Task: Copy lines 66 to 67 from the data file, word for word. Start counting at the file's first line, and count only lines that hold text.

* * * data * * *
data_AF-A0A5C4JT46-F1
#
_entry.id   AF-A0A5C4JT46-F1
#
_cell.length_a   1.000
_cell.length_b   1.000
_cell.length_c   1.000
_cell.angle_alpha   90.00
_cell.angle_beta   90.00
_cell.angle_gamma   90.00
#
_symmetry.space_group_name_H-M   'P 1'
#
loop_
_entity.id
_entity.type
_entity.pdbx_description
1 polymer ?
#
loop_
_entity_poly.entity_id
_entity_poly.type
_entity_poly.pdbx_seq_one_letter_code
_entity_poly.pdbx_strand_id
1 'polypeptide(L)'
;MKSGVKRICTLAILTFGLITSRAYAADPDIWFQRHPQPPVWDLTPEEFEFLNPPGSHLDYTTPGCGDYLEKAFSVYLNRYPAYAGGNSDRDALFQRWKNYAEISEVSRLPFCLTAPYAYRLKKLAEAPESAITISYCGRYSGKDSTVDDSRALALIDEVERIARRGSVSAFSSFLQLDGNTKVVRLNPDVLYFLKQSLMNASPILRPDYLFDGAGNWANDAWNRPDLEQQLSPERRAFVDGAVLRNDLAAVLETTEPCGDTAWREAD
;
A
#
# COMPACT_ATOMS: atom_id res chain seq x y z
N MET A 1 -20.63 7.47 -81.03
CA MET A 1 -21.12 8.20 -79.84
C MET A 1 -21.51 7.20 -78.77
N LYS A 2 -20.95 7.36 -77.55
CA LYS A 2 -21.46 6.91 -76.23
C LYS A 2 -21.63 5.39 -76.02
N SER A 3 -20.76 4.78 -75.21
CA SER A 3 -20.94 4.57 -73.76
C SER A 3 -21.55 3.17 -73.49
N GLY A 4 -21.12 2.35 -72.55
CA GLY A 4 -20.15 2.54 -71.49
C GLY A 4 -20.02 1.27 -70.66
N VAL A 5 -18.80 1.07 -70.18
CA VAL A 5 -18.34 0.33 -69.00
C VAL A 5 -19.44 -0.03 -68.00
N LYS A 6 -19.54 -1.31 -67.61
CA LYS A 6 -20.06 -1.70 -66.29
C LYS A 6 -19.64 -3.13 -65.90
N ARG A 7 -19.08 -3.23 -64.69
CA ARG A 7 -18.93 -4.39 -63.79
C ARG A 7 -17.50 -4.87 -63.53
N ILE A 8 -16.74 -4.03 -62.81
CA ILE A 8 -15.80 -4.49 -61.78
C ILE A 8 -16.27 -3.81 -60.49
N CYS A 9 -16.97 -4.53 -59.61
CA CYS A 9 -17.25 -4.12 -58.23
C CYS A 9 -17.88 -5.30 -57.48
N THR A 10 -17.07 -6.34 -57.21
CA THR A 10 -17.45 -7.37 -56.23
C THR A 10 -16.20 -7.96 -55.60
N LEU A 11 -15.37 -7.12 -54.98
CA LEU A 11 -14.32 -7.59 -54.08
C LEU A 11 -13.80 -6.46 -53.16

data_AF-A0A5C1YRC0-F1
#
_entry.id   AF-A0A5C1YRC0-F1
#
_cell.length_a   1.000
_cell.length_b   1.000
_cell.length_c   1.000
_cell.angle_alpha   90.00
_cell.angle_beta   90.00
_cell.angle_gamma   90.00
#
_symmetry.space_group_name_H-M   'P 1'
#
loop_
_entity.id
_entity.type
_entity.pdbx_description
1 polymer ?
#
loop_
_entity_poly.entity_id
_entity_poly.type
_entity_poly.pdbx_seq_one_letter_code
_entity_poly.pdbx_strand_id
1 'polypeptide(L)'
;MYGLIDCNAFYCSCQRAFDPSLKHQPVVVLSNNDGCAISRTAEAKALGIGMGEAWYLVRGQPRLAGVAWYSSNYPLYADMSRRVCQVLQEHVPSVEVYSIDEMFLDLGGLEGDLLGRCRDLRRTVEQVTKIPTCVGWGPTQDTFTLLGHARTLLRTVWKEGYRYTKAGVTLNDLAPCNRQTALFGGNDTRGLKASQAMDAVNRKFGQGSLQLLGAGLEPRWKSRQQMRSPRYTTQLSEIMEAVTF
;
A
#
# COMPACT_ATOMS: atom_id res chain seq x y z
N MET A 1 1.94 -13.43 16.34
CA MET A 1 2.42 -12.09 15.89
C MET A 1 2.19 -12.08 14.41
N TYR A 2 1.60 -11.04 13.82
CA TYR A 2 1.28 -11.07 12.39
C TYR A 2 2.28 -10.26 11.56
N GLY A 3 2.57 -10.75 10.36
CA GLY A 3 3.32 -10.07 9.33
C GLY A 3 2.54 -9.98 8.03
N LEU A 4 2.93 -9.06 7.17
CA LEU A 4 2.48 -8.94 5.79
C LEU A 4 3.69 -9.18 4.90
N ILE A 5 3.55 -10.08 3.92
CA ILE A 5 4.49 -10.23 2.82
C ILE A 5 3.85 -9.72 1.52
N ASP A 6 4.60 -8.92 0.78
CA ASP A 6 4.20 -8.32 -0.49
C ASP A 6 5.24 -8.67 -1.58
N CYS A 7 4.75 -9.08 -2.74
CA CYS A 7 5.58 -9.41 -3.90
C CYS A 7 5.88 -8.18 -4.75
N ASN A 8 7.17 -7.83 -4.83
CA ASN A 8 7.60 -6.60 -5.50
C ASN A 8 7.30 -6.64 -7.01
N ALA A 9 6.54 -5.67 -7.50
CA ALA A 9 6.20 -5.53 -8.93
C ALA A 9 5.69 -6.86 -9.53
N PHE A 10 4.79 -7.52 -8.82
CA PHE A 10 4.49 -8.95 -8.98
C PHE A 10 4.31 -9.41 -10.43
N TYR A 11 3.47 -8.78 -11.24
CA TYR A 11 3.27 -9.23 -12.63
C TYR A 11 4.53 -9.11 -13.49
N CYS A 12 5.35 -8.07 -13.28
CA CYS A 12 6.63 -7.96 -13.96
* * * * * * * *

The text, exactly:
_entry.id   AF-A0A5C1YRC0-F1
#